Start ups are great barometers for the future. Those of us who spend our time immersed in the world of young companies are priviledged to get a glimpse of what's coming around the corner by meeting with entrepreneurs who are trying to bring the future forward.
In that context, I enjoyed USV's Christina Cacioppo's blog post, What Comes Next, where she summarized a few trends that are coming out of some of the start up incubators. I have also seen the componentization of software and the shift to independent work agents, the latter of which has interesting policy implications for a jobs-obsessed policymakers.
Yet, in my own work with various incubators, I am often struck by the lack of vertical focus. Perhaps it is because incubators are full of young entreprenurs who have less domain knowledge and therefore are not as well-positioned to transform existing industries. But if you believe software is eating the world, vertical industry by vertical industry, business process by business process, then we should start seeing more entrepreneurs pursuing vertically-centric strategies. When I heard about this weekend's $3.4 billion acquisition by SAP of HR software company SuccessFactors (which barely got any coverage from the tech press), I was further struck by the opportunity.
Many mature, massive industries are ripe for innovation. Here are a few obvious ones where we at Flybridge have been spending time:
- Education. The education industry is a massive one, growing quickly and full of outdated models. Online learning, peer-to-peer learning and the redirection of student expenditures are all areas that we find interesting. Companies like Open English, SimpleTuition and Skillshare are all gaining significant traction in this vertical and taking novel approaches that get around traditional gate-keepers.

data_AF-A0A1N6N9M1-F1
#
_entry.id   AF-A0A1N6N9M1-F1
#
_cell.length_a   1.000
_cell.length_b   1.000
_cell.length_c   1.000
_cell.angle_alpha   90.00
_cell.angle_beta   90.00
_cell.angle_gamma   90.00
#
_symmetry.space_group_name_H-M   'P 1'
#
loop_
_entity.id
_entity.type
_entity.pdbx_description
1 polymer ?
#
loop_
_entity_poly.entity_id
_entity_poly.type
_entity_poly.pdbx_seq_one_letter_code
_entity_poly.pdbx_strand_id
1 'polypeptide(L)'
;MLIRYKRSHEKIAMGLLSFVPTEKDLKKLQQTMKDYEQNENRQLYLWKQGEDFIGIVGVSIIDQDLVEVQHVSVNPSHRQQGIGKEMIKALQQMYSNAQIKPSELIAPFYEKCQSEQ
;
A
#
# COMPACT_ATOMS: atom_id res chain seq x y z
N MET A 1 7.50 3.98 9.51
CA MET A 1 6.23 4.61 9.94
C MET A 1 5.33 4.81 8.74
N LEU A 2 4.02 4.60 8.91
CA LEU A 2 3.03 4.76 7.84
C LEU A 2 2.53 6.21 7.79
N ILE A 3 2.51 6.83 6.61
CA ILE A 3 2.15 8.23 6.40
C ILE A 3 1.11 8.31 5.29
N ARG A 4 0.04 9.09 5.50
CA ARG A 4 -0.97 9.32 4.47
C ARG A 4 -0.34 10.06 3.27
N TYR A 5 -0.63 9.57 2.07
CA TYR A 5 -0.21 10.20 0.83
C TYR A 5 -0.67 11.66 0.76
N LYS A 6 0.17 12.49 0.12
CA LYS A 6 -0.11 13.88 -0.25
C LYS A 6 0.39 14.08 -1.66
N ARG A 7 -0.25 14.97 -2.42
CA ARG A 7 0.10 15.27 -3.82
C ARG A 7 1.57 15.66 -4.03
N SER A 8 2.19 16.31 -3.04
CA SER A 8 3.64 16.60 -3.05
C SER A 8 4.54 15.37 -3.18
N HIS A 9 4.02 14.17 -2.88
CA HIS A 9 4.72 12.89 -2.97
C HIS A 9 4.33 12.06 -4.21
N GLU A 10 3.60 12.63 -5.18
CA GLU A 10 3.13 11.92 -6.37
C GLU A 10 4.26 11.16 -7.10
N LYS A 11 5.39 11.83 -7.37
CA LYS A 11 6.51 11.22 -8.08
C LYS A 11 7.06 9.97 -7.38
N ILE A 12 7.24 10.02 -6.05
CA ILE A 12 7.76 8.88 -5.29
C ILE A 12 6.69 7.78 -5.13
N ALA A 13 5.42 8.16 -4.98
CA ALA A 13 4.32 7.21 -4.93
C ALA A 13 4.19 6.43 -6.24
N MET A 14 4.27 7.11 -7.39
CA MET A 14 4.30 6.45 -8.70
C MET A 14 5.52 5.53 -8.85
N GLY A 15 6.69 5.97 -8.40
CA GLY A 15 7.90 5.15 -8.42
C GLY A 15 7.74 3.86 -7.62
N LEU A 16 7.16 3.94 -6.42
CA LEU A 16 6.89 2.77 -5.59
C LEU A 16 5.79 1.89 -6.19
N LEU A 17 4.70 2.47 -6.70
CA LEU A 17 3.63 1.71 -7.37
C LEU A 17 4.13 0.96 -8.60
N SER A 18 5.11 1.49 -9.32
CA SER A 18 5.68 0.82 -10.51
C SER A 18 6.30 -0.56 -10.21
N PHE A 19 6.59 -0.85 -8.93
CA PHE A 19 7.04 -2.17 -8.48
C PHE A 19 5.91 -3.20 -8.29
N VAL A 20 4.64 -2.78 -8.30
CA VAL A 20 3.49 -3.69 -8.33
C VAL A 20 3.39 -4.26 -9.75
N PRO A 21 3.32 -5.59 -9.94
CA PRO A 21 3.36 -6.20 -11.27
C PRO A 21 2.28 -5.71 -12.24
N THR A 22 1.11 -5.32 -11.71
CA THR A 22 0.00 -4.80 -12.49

- Health care. If the multi-trillion dollar health care industry isn't the perfect area for innovation, I don't know what is. Whether it's in areas like cost containment, process automation or point of care diagnostics, there appear to be plenty of openings for entrepreneurs. We see companies like Patient Keeper, T2 Biosystems and Athena Health leading the way in this vertical - avoiding FDA risk by simply delivering software or diagnostic devices that makes the entire system more efficient.
- Financial Services. With the financial markets upheavel, there are massive dislocations going on in the financial services industry. Subprime lending has disappeared. Payments are going digital and mobile. And banks are under increasing pressure to stay focused on their core businesses. As a result, companies that either focus on providing services where banks used to tred (ZestCash, GreenDot) or are working with banks to help enhance their revenue opportunities or efficiencies (Cartera Commerce, Convoke Systems) are finding significant growth.
I could name others - advertising, manufacturing, insurance and human services - where we are seeing old hands coming to the "transformation table" as well as the young bucks, who are also asking "why not?"
The impact of horizontal technological advancements - such as cloud computing, big data, broadband penetration, smart phone penetration - takes time to be felt broadly in business. Hopefully some of these start ups will make a dent in core business processes and therefore the all important metrics around productivity, which we need desperately as a country. And hopefully we'll see more start-ups realizing that going vertical can be very rewarding.